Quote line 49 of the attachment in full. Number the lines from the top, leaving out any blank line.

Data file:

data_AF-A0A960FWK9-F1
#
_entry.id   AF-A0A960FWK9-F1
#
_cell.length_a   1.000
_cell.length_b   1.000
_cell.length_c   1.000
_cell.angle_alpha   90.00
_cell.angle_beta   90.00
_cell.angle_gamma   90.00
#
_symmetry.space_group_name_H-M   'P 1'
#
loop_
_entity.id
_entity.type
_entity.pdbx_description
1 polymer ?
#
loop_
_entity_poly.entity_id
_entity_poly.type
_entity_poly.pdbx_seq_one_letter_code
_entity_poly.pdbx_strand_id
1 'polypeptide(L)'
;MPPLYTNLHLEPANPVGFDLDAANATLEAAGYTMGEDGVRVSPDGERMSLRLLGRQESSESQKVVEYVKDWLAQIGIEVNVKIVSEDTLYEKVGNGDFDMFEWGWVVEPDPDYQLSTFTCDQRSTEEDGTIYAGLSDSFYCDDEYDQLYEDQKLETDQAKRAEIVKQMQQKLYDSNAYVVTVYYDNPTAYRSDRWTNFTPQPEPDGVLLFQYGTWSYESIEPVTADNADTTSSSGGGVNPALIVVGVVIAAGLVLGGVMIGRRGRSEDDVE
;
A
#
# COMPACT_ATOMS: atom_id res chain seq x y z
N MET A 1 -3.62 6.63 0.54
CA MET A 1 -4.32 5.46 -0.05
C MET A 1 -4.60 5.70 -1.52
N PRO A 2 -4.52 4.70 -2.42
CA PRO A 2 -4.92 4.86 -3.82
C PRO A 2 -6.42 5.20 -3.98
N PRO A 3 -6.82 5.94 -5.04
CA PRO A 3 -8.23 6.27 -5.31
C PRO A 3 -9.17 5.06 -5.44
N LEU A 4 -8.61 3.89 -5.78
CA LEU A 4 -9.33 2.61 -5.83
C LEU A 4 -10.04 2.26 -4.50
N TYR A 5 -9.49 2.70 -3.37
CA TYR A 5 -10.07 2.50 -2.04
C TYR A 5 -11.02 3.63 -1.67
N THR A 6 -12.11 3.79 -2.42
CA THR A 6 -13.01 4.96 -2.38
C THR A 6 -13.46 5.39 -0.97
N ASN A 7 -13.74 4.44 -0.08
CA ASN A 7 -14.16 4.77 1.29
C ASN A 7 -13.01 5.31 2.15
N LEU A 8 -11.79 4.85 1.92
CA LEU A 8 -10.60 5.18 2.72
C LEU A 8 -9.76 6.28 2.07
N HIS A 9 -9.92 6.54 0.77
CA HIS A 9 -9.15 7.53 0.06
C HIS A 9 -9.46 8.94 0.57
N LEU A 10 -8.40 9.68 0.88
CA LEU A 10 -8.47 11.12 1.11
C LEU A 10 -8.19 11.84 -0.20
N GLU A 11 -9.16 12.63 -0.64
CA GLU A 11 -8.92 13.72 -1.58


N ASN A 7 -13.74 4.44 -0.08